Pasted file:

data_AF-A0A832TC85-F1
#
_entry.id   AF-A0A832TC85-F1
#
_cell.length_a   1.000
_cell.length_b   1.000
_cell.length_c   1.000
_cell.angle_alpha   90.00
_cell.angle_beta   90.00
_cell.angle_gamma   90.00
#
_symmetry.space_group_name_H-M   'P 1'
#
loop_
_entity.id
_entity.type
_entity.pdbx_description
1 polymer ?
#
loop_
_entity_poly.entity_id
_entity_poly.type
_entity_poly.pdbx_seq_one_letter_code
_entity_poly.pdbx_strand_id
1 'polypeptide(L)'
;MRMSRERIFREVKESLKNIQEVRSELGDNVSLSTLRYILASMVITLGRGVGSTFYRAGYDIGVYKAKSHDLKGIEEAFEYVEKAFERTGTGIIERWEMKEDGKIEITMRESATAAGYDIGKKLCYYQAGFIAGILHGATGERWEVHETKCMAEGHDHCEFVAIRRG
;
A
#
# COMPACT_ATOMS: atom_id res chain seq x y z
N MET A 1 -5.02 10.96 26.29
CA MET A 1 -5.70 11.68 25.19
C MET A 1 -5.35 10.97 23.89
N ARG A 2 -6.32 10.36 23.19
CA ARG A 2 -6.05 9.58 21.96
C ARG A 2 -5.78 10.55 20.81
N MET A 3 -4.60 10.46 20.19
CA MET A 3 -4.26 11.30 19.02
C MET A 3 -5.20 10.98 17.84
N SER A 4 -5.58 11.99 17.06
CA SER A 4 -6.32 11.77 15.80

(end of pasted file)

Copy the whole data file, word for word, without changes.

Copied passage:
data_AF-A0A832TC85-F1
#
_entry.id   AF-A0A832TC85-F1
#
_cell.length_a   1.000
_cell.length_b   1.000
_cell.length_c   1.000
_cell.angle_alpha   90.00
_cell.angle_beta   90.00
_cell.angle_gamma   90.00
#
_symmetry.space_group_name_H-M   'P 1'
#
loop_
_entity.id
_entity.type
_entity.pdbx_description
1 polymer ?
#
loop_
_entity_poly.entity_id
_entity_poly.type
_entity_poly.pdbx_seq_one_letter_code
_entity_poly.pdbx_strand_id
1 'polypeptide(L)'
;MRMSRERIFREVKESLKNIQEVRSELGDNVSLSTLRYILASMVITLGRGVGSTFYRAGYDIGVYKAKSHDLKGIEEAFEYVEKAFERTGTGIIERWEMKEDGKIEITMRESATAAGYDIGKKLCYYQAGFIAGILHGATGERWEVHETKCMAEGHDHCEFVAIRRG
;
A
#
# COMPACT_ATOMS: atom_id res chain seq x y z
N MET A 1 -5.02 10.96 26.29
CA MET A 1 -5.70 11.68 25.19
C MET A 1 -5.35 10.97 23.89
N ARG A 2 -6.32 10.36 23.19
CA ARG A 2 -6.05 9.58 21.96
C ARG A 2 -5.78 10.55 20.81
N MET A 3 -4.60 10.46 20.19
CA MET A 3 -4.26 11.30 19.02
C MET A 3 -5.20 10.98 17.84
N SER A 4 -5.58 11.99 17.06
CA SER A 4 -6.32 11.77 15.80